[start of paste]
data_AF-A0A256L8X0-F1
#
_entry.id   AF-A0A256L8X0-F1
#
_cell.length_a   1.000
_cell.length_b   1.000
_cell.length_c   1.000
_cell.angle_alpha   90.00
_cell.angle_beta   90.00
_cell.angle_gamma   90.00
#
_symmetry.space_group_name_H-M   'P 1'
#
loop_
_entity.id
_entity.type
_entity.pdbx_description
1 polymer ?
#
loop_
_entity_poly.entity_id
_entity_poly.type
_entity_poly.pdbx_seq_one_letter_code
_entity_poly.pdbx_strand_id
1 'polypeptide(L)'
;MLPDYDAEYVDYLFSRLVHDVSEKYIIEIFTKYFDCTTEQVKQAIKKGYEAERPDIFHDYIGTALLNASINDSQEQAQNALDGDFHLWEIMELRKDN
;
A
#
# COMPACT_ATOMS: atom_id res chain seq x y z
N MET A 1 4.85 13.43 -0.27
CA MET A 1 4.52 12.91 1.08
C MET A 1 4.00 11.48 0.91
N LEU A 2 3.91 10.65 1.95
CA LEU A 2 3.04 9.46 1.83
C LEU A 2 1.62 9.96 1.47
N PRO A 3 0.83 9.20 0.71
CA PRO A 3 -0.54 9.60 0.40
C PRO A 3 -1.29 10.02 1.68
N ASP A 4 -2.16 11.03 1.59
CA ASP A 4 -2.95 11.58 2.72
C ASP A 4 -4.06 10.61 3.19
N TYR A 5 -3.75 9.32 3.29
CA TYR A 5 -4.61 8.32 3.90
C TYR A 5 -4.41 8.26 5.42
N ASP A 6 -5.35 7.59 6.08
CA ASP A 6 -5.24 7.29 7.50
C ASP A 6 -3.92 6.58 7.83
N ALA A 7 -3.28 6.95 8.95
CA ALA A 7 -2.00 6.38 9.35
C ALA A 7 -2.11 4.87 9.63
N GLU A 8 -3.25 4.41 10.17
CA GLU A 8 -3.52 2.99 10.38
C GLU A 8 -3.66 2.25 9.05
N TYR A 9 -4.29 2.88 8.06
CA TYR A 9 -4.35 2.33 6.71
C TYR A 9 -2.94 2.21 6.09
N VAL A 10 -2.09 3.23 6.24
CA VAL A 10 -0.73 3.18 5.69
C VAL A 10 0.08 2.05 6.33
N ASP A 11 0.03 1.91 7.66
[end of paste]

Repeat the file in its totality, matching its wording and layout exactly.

data_AF-A0A256L8X0-F1
#
_entry.id   AF-A0A256L8X0-F1
#
_cell.length_a   1.000
_cell.length_b   1.000
_cell.length_c   1.000
_cell.angle_alpha   90.00
_cell.angle_beta   90.00
_cell.angle_gamma   90.00
#
_symmetry.space_group_name_H-M   'P 1'
#
loop_
_entity.id
_entity.type
_entity.pdbx_description
1 polymer ?
#
loop_
_entity_poly.entity_id
_entity_poly.type
_entity_poly.pdbx_seq_one_letter_code
_entity_poly.pdbx_strand_id
1 'polypeptide(L)'
;MLPDYDAEYVDYLFSRLVHDVSEKYIIEIFTKYFDCTTEQVKQAIKKGYEAERPDIFHDYIGTALLNASINDSQEQAQNALDGDFHLWEIMELRKDN
;
A
#
# COMPACT_ATOMS: atom_id res chain seq x y z
N MET A 1 4.85 13.43 -0.27
CA MET A 1 4.52 12.91 1.08
C MET A 1 4.00 11.48 0.91
N LEU A 2 3.91 10.65 1.95
CA LEU A 2 3.04 9.46 1.83
C LEU A 2 1.62 9.96 1.47
N PRO A 3 0.83 9.20 0.71
CA PRO A 3 -0.54 9.60 0.40
C PRO A 3 -1.29 10.02 1.68
N ASP A 4 -2.16 11.03 1.59
CA ASP A 4 -2.95 11.58 2.72
C ASP A 4 -4.06 10.61 3.19
N TYR A 5 -3.75 9.32 3.29
CA TYR A 5 -4.61 8.32 3.90
C TYR A 5 -4.41 8.26 5.42
N ASP A 6 -5.35 7.59 6.08
CA ASP A 6 -5.24 7.29 7.50
C ASP A 6 -3.92 6.58 7.83
N ALA A 7 -3.28 6.95 8.95
CA ALA A 7 -2.00 6.38 9.35
C ALA A 7 -2.11 4.87 9.63
N GLU A 8 -3.25 4.41 10.17
CA GLU A 8 -3.52 2.99 10.38
C GLU A 8 -3.66 2.25 9.05
N TYR A 9 -4.29 2.88 8.06
CA TYR A 9 -4.35 2.33 6.71
C TYR A 9 -2.94 2.21 6.09
N VAL A 10 -2.09 3.23 6.24
CA VAL A 10 -0.73 3.18 5.69
C VAL A 10 0.08 2.05 6.33
N ASP A 11 0.03 1.91 7.66